Motueka’s First Harbour
One Place, Many Names
Manuka's Bush, The Kumaras, Raumanuka, Murphy's Harbour, and Te Kūmara are all the same place: the area at the end of what is now Staples Street that served as Motueka’s harbour until 1856.
How can one place have so many names? Here are some of the answers to that question.
The Kumaras/ Te Kūmara
By the 1840's Māori were cultivating both traditional crops like kūmara as well as European crops.1 kūmara had long been a staple in the Māori diet and an extensive crop had been planted sometime before the arrival of the European settlers.
The crops may have had the distinction of lending their name to the place, but they were not the most distinct thing about it. It was not the kūmara or even the old wakas and carvings strewn along the foreshore that stood out most to early European settlers. It was the smell: the pungent smell of drying fish.2
Eels and whitebait were caught in the river and other fish were also brought back from the fishing grounds at Astrolabe. The day's catch was hung outside over poles to dry and the fish would later be rehydrated and boiled before eating.3
In 1842 one of the earliest English settlers to the region, Captain Frederick Moore, built himself a wooden jetty at the harbour. Moore never had legal title to the land he occupied,4 but he was allowed to use it, mainly because he was married to a Te Ātiawa woman named Paru.5 He eventually fell out of favour with his in-laws for selling off subsections.6
Moore's wooden jetty stood among some very tall mānuka trees.7 The trees were so tall they could be seen from Riwaka and, it is because of these trees, that the harbour became known as Manuka's Bush and Raumanuka.
The final appellation, Murphy's Harbour, gets its name from Captain Moore's Irish boatman, Murphy. Murphy had a boat shed at the end of the road leading up to the harbour and locals often referred to the area as ‘Murphy’s boat shed and harbour’ which was often just shortened to ‘Murphy’s Harbour’.8
By 1856 the harbour had silted up too much and a new wharf was built one mile south at Doctor's Creek.9 The first harbour remained a popular fishing spot into the 1920s and 1930s but, by the 1980s, there were complaints that the area was nothing more than a rubbish dump. 10 Efforts to clean it up were started,11 and today it is part of the Raumanuka Scenic Reserve.
Based on research compiled for an upcoming exhibition at the Motueka District Museum by Joanna Szczepanski 2012
Updated August 27, 2021
Sources used in this story
- Challis, A.J. (1978) Motueka: An Archaeological Survey. Auckland: Longman Paul Ltd. p. 8; Mitchell, H. & J. (2007) Te Tau Ihu O Te Waka A History of Maori of Nelson and Marlborough. Volume II: Te Ara Hou- The New Society. Wellington, Huia Publishers. p. 306; Allan, R. (1965) Nelson: A history of early settlement. Wellington: A.H. & A.W. Reed. p. 215; McAloon, Jim (1997) Nelson: A regional history. Whatamango Bay: Cape Catley Ltd. p. 39.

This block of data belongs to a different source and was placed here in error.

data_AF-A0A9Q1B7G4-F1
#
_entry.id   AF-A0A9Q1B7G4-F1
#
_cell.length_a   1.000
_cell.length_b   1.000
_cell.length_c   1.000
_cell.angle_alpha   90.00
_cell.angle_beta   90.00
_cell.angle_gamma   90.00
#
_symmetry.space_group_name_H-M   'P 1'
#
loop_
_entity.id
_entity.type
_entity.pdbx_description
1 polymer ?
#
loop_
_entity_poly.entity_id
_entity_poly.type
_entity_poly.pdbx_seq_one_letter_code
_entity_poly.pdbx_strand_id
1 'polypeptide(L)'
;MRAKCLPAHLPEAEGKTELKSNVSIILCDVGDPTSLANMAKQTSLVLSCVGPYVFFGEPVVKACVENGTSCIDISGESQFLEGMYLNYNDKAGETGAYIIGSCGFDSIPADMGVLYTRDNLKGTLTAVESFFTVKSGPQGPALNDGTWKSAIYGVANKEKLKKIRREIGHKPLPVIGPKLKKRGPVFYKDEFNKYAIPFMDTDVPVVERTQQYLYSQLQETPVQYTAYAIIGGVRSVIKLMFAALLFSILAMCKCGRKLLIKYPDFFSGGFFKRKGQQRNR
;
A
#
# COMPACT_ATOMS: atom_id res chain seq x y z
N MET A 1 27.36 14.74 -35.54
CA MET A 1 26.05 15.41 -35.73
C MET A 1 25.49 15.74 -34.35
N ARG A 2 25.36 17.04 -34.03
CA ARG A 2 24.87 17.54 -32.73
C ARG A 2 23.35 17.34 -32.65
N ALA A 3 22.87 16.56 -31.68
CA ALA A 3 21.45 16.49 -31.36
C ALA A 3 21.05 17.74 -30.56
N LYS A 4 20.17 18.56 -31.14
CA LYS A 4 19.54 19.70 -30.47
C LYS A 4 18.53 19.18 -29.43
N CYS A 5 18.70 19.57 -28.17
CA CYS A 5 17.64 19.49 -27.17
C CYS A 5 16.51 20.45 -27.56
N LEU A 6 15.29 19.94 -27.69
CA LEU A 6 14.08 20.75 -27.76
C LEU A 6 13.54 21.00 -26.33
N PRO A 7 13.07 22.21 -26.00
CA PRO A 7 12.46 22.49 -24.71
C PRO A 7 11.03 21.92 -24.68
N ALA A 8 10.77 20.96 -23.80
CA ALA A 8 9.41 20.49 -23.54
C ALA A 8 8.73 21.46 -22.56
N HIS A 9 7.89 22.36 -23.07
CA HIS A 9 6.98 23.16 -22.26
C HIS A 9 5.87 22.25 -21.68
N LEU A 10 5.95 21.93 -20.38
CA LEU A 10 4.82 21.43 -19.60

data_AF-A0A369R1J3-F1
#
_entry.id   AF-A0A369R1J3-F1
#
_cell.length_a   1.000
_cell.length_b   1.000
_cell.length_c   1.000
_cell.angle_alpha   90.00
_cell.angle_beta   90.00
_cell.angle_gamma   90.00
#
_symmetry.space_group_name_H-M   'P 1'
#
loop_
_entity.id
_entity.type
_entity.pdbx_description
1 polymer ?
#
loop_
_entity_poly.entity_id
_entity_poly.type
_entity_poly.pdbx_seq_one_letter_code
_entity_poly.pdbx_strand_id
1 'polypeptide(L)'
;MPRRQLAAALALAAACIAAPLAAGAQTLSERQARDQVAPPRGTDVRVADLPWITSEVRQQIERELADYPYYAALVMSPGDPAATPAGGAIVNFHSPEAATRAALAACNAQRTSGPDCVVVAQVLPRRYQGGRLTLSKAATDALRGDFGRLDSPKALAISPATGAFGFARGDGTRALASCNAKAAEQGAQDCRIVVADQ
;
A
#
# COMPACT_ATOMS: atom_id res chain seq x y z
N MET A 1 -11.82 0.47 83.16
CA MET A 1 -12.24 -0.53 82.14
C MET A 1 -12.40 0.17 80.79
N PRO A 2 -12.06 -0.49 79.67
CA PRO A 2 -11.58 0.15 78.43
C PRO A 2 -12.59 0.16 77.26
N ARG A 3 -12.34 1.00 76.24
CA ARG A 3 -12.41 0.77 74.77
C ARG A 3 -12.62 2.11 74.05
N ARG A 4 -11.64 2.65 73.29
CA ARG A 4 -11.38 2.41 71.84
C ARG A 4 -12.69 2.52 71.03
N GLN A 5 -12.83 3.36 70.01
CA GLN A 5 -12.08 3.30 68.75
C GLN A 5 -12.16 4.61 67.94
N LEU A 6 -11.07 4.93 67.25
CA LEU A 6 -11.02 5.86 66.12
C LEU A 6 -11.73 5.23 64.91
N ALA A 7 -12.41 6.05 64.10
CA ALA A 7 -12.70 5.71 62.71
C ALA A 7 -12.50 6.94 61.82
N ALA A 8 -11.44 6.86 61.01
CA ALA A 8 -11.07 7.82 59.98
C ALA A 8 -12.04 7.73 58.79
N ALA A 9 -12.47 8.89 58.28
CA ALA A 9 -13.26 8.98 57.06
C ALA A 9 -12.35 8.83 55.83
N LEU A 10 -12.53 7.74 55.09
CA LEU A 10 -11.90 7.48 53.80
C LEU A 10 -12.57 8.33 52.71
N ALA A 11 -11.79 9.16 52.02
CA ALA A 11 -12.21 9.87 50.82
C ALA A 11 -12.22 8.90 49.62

- Challis, p. 8; Washbourn, E. (1970) Courage and Camp Ovens: Five Generations at Golden Bay. Wellington: A.H. & A.W. Reed. p. 27.
- Challis, p. 8; Washbourn p.27.
- Lash, M. (1992) Nelson Notables 1840-1940: A Dictionary of Regional Biography. Nelson: Nelson Historical Society. p. 110-111.
- Mitchell, p. 307; Holyoake, F. (1985, April) Fascinating history of the Kumaras. Historic Motueka. Motueka Golden Bay News. p. 3.
- Astwood, K. (2009, September 8) New Zealand Historic Places Trust Registration Report for a Historic Place: Motueka Wharf (Former) and Memorial.
- Murray, H. N. (1973?) Riwaka and Motueka: Note on the early history. Unpublished manuscript., Holyoake 1985.
- Holyoake (1985); Holyoake, F.(1990, May 2) ‘History of wharf’. Historic Motueka. Motueka Golden Bay News.
- Holyoake (1985).
- Holyoake (1985).
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Further sources - Motueka’s First Harbour
- Allan, Ruth M. (1965). Nelson: A history of early settlement. Wellington: A.H. & A.W. Reed.
- Challis, Aidan J. (1978). Motueka: An Archaeological Survey. Auckland: Longman Paul Ltd.
- Dawber, C (2016). Motueka wharf, 100 years. Picton (New Zealand) : River Press (October Enterprises Ltd)
- Lash, Max (1992). Nelson Notables 1840-1940: A Dictionary of Regional Biography. Nelson: Nelson Historical Society
- McAloon, Jim (1997). Nelson: A regional history. Whatamango Bay: Cape Catley Ltd.
- Mitchell, Hilary and John.(2007). Te Tau Ihu O Te Waka A History of Maori of Nelson and Marlborough. Volume II: Te Ara Hou- The New Society. Wellington: Huia Publishers.
- Ross, John O'Connell. (1982). Capt. F. G. Moore, mariner and pioneer. Whanganui: Wanganui Newspapers.
- Washbourn, Enga. (1970). Courage and Camp Ovens: Five Generations at Golden Bay. Wellington: A.H. & A.W. Reed.
- History of wharf (1990, May 2) Historic Motueka. Motueka Golden Bay News. May 2.
- Holyoake, Fergus (1985) ‘Fascinating history of the Kumaras’. Historic Motueka. Motueka Golden Bay News. April 3.
- Murray, H.N. Motueka place names (1973) Journal of the Nelson Historical Society, 2 (6), p.32
- Murray, H. N. (1973?). Riwaka and Motueka: Note on the early history. Unpublished manuscript [held Motueka and District Historical Association Collection].
- Astwood, Karen (2009). New Zealand Historic Places Trust Registration Report for a Historic Place: Motueka Wharf (Former) and Memorial. 8 September.